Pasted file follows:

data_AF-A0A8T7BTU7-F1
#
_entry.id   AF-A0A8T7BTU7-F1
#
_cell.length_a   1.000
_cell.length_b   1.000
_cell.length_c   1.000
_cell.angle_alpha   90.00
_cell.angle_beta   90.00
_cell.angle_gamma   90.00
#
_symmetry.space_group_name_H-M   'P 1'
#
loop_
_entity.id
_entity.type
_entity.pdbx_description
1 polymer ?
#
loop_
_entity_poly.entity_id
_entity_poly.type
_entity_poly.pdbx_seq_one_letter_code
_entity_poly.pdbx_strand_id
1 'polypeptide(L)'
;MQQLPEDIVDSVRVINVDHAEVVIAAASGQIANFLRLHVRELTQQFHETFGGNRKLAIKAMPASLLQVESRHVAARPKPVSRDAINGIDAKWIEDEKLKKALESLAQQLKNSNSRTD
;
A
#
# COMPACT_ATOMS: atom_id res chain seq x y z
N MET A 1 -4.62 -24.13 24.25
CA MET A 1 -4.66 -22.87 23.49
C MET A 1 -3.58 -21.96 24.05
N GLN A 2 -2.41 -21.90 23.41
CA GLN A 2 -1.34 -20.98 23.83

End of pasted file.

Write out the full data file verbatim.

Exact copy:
data_AF-A0A8T7BTU7-F1
#
_entry.id   AF-A0A8T7BTU7-F1
#
_cell.length_a   1.000
_cell.length_b   1.000
_cell.length_c   1.000
_cell.angle_alpha   90.00
_cell.angle_beta   90.00
_cell.angle_gamma   90.00
#
_symmetry.space_group_name_H-M   'P 1'
#
loop_
_entity.id
_entity.type
_entity.pdbx_description
1 polymer ?
#
loop_
_entity_poly.entity_id
_entity_poly.type
_entity_poly.pdbx_seq_one_letter_code
_entity_poly.pdbx_strand_id
1 'polypeptide(L)'
;MQQLPEDIVDSVRVINVDHAEVVIAAASGQIANFLRLHVRELTQQFHETFGGNRKLAIKAMPASLLQVESRHVAARPKPVSRDAINGIDAKWIEDEKLKKALESLAQQLKNSNSRTD
;
A
#
# COMPACT_ATOMS: atom_id res chain seq x y z
N MET A 1 -4.62 -24.13 24.25
CA MET A 1 -4.66 -22.87 23.49
C MET A 1 -3.58 -21.96 24.05
N GLN A 2 -2.41 -21.90 23.41
CA GLN A 2 -1.34 -20.98 23.83